Posts tagged “James Bonehill”

Growing up with a disability is an extensive challenge, one of the biggest challenges people with disabilities face is accessing the local community and the local high streets and having access to everyday services such as shops, banks and hotels, not just physically and mentally but also emotionally for someone living with a disability. 
It's estimated businesses could be losing out on a share of £60 million a day! If only we could encourage our local communities to see people as a commercial opportunity and therefor be more accessible. 

Social attitudes towards disability 

The image above shows the wheelchair table of one of our citizens who has a Power Chair, the person is wearing a 'Go Pro camera' on her chest, the 'Go Pro camera' image taken shows a car parked on the pavement blocking the pavement access for this wheelchair to get past. Despite their being a warning side on the road to notify motorists that there are Disabled People nearby. This parking shows a lack of understanding and compassion for people with disability and their needs to access the community.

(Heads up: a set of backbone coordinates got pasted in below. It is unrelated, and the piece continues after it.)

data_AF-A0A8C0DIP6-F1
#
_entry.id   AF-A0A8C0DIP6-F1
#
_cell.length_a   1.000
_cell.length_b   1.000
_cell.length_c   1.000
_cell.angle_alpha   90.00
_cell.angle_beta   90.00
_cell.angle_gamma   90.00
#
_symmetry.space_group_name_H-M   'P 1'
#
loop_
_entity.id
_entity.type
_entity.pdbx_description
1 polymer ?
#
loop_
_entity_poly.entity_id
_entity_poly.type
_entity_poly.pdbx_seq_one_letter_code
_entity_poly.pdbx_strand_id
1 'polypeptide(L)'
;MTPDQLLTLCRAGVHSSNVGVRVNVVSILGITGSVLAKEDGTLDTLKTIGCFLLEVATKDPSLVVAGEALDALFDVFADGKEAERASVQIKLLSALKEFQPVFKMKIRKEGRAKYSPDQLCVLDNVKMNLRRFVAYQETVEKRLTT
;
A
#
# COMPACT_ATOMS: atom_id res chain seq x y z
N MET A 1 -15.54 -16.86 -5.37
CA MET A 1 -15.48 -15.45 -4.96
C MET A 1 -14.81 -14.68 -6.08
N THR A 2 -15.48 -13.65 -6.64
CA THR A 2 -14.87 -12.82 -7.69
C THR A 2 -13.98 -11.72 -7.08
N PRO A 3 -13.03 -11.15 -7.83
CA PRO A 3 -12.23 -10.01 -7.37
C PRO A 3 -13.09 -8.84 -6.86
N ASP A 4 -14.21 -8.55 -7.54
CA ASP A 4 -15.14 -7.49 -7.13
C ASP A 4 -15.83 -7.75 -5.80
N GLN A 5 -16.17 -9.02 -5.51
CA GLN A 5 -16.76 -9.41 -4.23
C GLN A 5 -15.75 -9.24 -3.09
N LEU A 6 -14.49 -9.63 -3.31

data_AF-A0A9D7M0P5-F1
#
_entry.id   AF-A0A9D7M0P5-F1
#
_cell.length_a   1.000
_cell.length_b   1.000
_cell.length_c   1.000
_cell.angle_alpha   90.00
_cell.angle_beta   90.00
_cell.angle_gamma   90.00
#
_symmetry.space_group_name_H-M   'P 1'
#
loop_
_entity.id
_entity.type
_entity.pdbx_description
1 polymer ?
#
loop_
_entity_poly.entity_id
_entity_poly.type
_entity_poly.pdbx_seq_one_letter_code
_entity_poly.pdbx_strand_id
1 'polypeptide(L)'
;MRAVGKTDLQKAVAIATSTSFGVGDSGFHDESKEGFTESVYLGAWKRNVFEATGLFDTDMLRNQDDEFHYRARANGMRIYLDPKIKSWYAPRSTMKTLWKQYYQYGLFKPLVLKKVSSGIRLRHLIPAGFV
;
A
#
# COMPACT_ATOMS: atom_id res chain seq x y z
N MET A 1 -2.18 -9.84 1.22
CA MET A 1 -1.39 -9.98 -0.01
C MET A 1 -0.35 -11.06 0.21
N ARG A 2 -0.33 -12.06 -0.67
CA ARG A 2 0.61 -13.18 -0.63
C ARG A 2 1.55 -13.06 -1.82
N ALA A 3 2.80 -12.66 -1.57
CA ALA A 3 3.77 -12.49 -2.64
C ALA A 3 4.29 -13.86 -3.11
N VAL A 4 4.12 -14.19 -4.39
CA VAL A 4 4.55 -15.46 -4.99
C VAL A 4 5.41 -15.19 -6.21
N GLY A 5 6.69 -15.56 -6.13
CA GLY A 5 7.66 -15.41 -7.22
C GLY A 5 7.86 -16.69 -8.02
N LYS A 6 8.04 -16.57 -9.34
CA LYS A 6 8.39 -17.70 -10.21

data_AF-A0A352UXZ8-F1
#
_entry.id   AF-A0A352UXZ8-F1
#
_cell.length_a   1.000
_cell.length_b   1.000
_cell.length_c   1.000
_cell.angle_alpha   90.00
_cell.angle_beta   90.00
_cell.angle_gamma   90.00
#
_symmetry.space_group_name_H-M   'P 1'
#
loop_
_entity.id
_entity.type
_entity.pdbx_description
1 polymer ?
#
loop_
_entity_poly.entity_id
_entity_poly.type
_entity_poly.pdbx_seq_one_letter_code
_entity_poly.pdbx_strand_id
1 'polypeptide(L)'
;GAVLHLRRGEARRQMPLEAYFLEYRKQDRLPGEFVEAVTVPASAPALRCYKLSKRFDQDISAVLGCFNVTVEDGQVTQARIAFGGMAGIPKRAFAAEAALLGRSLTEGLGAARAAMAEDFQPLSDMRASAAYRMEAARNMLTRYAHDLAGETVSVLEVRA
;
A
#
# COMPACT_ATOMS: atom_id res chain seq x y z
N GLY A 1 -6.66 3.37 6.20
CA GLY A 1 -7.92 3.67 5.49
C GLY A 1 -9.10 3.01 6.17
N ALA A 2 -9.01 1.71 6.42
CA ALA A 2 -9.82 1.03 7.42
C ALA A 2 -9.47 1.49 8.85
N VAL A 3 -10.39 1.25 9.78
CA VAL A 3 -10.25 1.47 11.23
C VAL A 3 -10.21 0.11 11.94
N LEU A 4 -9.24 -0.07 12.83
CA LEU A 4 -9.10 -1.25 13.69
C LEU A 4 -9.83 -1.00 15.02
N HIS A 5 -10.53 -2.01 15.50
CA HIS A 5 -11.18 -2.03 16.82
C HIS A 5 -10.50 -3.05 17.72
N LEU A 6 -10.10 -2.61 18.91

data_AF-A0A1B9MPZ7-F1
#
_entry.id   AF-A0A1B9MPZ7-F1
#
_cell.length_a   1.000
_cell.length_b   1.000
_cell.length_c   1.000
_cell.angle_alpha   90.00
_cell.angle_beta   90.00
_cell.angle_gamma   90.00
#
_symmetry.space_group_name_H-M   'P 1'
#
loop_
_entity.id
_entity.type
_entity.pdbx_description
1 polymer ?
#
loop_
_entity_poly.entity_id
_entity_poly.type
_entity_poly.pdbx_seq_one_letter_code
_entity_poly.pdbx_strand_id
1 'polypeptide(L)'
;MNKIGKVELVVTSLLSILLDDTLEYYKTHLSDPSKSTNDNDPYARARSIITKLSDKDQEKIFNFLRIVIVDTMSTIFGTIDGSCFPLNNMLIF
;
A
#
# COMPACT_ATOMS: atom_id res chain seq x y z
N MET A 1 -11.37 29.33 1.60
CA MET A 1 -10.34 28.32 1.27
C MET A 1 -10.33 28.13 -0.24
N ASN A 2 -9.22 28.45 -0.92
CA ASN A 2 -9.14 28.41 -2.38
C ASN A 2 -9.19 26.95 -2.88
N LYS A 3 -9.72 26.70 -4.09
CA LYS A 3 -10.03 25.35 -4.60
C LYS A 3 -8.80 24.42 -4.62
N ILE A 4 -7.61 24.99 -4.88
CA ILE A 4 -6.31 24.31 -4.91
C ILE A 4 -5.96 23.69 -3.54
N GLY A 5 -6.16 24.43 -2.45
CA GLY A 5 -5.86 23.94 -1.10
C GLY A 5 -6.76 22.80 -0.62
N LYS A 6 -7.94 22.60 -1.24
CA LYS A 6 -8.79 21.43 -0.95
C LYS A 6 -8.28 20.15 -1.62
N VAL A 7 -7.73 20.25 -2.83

Above: Uneven surfaces create obstacles those with mobility needs. 
In 2018, CPM conducted research with University of Plymouth student James BoneHill for his Dissertation, the research was titled: “When people see people in wheelchairs, they don’t care a bit” Investigating the Mobility Experiences of people with Cerebral Palsy in Harborne. 
The aim of the research was to identify issues with access and mobility that disabled citizens face when going out into the local community. As our centre is based in Harborne, Birmingham with a group of willing participants we investigated a few routes in Harborne wearing go pro cameras.  
The Research identified three main issues; 
Social attitudes towards people with disability 
Lack of accessible businesses 
Negotiating the street environment 
Lack of accessible businesses 
No ramp access 
Narrow doors that cannot accommodate wheelchairs. 
No provision made 
Image below; Local High Street, all those buildings in red are not very accessible for people in Wheelchairs or with mobility impairments. In fact 54% were classified as 'Not Very Accessible' with challenges such as stepped entrance or with narrow, manual doors. Or no alternative entrance offered. This we believe is typical of most local High Streets in the UK. 
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